Erika Grohoski, a 20-year-old George Washington University student, believes the United States is headed towards a plutocracy. She wrapped up midterms and came out to Freedom Plaza on Saturday, Oct. 15, with her mom Anna Grohoski and Grandmother Connie Peralta. She said she had to add her voice to the chorus of calls for Congress and other elected officials to reign in the excesses of Wall Street by enacting greater regulation, protecting consumers from predatory lenders, providing relief for beleaguered homeowners and "helping the everyday person who is burdened by debt."
Grohoski, Naismith and Evans are just three of hundreds of people in the District of Columbia who count themselves as part of Occupy D.C. For the past two weeks, protestors have set up encampments at Freedom Plaza in Northwest, across the street from the District Council chambers, and also in McPherson Square, at the intersection of 15th Street and Vermont Avenue in Northwest not far from the White House and K Street.
"All sorts of different things have brought people here; people have had it," said Naismith as he stood pensively over 17 pairs of shiny and beaten-up boots laid out in a line to commemorate American soldiers who have died for this country's ideals. "We really need a new world order. In countries throughout the world, people are standing up. I am against corporate greed and I support healthcare for all. The people are finally speaking out. It's time to change the world."
Naismith, a professional activist from upstate New York, said he had occupied the District of Columbia for 11 days and intended to be here for a while. He credited his "other half at home" for allowing him to participate.
"She's the reason I can do this."
Evans, a native Washingtonian, said he had been going to McPherson Square for the past two weeks – since the first day of the occupation – and expected to have a tent set up within a day or two after he spoke to a reporter. He said joining this burgeoning movement is personal.
"I had a beautiful life and a beautiful woman but I lost my job," he recounted. "I was unemployed for a year and a half. I finally got another job and worked with my activist friends. When this movement sprung up, I said, 'Yeah.' All of this is interconnected. Our not having a job is connected to the lobbyists ... we're dealing with inflation and people are barely making ends meet. The American worker is like a dead man walking."
"I will stay out here until this job is done. I want equal living wages for all," said Evans, who is also known as "Seven." All these banks got bailed out so why wasn't I bailed out too? We didn't get (anything)."
Evans, a singer and guitarist with the band Villain 21, said a lot of people are battling anxiety and fear "because all want to have control of their futures. There is a lot of built-up frustration and people don't have a say."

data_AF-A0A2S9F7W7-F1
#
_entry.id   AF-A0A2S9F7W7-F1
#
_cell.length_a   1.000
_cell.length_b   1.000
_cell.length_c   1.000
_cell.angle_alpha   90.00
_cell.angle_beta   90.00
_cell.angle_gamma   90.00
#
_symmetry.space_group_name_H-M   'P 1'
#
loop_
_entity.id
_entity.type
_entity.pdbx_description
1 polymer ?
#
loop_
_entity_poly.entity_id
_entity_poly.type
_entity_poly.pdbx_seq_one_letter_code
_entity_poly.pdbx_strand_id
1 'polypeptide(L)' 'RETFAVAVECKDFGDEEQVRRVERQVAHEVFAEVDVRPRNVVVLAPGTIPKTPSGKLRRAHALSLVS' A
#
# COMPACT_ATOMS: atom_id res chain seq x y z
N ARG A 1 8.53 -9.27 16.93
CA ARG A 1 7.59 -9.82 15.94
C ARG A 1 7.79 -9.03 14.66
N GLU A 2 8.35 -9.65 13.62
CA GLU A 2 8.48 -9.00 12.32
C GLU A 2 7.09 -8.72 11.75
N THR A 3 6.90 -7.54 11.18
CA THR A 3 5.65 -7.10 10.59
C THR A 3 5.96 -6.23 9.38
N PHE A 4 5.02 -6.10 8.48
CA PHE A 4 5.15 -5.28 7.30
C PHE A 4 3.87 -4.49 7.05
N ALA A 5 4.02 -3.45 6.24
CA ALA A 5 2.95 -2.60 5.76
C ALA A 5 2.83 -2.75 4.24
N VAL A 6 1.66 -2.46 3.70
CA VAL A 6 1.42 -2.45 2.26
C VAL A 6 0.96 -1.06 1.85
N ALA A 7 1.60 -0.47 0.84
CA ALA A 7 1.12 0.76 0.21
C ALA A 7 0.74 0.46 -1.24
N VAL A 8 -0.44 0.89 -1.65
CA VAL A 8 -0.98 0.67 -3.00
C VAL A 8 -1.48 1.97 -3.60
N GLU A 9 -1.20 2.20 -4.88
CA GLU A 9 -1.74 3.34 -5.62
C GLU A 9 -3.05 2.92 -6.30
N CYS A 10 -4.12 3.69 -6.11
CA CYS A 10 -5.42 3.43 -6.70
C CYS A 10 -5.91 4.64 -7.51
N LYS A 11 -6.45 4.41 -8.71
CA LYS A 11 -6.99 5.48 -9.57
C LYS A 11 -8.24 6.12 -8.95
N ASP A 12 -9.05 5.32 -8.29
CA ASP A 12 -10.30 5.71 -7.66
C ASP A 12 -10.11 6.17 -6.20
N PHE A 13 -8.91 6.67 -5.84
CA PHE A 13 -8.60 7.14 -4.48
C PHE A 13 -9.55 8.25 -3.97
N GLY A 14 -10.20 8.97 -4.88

It is that rising frustration that has proved to be the catalyst for the grass-roots protests that began in New York City on Sept. 17, and like a brushfire has spread to more than 1,400 communities in 30 states and countries overseas. A number of protestors and activists in the District alluded to the uprisings in parts of the Arab world earlier this year which was dubbed the "Arab Spring", and several carried signs that spoke of an "American Autumn" of spirited protests against a Congress they say has become a wholly-owned subsidiary of the wealthy and large corporations whose greed appears to have no bounds.
What's happening in the nation's capital is an off-shoot of a larger, more vigorous occupation. The Occupy Wall Street movement is comprised of activists from a range of backgrounds and interests. They have railed against social inequality, the vast disparities between the rich and poor – which they deem unacceptable – and corporate gluttony writ large. They oppose the 2008 bailout and are angered that while banks and a number of corporations sit on piles of money, the middle class and the poor face high unemployment, lack of access to quality healthcare, foreclosures and other social ills that have turned the American Dream into a veritable nightmare.
The protest began in the heart of the financial district in New York City at the New York Stock Exchange and demonstrators are camped out at Zuccotti Park in Lower Manhattan, not far from Ground Zero.
Protests have hopscotched from Anchorage, Alaska to Orlando, Fla., and from Lansing, Mich., to Massachusetts. Protestors have erected tent cities or marched in scores of cities, including Boston, Los Angeles, London, Toronto, Rome and San Francisco. The New York General Assembly, the decision-making body of Occupy Wall Street, promises to stay put until the problem of corporate greed and the influence of the wealthy on regular Americans is addressed.
In both D.C. locations, protestors pitched tents and transformed the areas they're occupying into little villages on the green.
See Occupy D.C. Part II in next week's issue.